Slot machines, blackjack and roulette are back on the table as lawmakers prepare once again to tackle the high-stakes issue of gambling in a state that everyone agrees is already one of the industry’s biggest cash cows.
South Florida’s Hialeah Park is betting on its new casino to bring back business to the historic racetrack, once known as “the world’s most beautiful race course.”
Whether you’re a high-roller or an occasional gambler looking to turn $10 into $20, South Florida has several table games, no-limit poker and, yes, the good old fashioned one-armed bandits.
Voters in two north Florida counties approved measures that may allow slot machine permits at pari-mutual facilities in the counties on Tuesday.
Attorney General Pam Bondi has issued an opinion against slot machines at pari-mutuels around the state except for Miami-Dade and Broward Counties.
While lawmakers in Tallahassee battle over proposed plans to bring Las Vegas style megacasinos to South Florida, officials in Palm Beach County have given approval to a new casino ship.
A loophole first used in Hialeah to bring casino-style gambling to Hialeah Race Track has been used again in North Florida, meaning now, you can bet on Barrel Races in Gretna. The people who stage more traditional horse races are up in arms, but may not be able to put the genie back in the bottle.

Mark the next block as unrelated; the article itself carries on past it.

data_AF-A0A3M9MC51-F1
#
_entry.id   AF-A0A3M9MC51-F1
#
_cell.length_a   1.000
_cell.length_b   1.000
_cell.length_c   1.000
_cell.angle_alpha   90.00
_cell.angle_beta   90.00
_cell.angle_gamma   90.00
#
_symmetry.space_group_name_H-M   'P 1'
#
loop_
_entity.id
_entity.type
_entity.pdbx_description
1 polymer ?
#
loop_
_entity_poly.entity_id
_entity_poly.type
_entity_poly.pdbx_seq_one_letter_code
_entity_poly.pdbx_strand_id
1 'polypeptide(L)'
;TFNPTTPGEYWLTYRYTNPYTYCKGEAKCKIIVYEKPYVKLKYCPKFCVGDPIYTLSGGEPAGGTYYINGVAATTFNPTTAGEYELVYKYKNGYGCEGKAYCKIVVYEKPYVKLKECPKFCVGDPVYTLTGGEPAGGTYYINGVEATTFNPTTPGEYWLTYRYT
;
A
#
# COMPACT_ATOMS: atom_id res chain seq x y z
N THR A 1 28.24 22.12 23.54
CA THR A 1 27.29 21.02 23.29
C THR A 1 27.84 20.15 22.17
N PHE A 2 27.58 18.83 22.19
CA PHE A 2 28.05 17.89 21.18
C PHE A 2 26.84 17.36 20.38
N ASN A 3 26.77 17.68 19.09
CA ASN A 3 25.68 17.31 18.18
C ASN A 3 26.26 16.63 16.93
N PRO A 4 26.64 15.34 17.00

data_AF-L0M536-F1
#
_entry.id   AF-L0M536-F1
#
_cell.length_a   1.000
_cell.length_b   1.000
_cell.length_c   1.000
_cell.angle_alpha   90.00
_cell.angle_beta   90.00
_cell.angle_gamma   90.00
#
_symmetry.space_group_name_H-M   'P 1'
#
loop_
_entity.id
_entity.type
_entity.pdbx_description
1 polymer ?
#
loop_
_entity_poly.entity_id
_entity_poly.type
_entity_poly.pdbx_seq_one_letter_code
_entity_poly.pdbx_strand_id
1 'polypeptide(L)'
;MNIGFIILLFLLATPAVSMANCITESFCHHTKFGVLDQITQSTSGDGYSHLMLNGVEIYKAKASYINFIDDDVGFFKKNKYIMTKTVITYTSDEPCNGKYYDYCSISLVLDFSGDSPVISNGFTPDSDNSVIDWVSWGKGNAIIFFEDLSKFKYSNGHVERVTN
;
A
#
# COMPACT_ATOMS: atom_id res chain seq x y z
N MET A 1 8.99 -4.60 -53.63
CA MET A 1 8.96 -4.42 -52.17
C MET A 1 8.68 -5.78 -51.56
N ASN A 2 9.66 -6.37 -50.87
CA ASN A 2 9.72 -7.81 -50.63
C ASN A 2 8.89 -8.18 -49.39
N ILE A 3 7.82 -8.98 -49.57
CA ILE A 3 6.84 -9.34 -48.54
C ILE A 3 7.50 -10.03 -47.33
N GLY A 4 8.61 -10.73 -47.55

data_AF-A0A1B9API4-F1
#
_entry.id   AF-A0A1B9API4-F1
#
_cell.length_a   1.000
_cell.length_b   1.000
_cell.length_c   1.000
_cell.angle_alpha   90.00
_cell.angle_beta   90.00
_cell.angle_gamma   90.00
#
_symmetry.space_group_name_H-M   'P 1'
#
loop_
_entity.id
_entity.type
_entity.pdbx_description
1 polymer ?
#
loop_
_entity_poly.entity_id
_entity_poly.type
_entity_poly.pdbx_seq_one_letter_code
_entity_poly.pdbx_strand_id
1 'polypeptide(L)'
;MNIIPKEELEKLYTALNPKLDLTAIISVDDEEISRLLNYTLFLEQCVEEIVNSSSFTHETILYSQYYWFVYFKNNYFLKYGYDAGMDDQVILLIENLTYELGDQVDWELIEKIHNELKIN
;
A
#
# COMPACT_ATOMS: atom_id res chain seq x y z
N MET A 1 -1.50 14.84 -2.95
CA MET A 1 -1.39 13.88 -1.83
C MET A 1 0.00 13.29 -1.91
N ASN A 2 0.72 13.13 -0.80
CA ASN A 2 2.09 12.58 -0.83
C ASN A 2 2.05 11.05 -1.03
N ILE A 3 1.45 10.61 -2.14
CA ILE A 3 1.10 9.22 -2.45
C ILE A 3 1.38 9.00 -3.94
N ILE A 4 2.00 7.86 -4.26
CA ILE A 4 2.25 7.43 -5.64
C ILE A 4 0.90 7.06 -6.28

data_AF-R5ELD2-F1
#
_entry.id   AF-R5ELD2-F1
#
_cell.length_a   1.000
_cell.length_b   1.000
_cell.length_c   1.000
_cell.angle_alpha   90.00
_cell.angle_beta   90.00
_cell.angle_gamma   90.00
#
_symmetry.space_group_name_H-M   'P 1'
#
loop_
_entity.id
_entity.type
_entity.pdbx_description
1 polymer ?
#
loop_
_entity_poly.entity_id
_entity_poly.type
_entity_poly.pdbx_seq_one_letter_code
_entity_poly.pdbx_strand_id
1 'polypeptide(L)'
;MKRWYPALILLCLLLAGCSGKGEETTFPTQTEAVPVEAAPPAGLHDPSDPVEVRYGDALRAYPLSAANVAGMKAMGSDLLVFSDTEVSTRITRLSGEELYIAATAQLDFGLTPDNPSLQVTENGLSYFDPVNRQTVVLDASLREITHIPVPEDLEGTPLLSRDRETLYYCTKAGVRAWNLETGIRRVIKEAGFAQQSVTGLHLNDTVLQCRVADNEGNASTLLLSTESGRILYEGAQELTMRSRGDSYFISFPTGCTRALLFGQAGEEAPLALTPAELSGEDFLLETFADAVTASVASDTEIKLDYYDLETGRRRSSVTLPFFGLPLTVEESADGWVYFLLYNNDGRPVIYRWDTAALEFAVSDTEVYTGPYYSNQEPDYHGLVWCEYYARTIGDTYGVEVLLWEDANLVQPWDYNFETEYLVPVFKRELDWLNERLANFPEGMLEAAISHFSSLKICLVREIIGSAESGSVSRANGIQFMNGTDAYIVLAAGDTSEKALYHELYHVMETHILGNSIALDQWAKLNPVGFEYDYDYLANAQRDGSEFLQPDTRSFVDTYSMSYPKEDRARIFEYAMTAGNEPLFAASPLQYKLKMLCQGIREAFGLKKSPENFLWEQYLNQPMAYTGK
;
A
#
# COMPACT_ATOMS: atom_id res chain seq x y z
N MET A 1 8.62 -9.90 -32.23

On the same day state lawmakers start looking over a measure which would bring three destination resorts to south Florida, Miami Jai-Alai’s multi-million dollar casino-expansion took a huge step forward with the arrival of more than one thousand shiny, new slot machines.
The Seminole Tribe of Florida confirmed Thursday what those following the gaming debate already knew – it will fight efforts to expand non-tribal gaming outside of South Florida.
A Florida appeals court has upheld a decision that gives the Florida Legislature the authority to put slot machines anywhere in the state of Florida.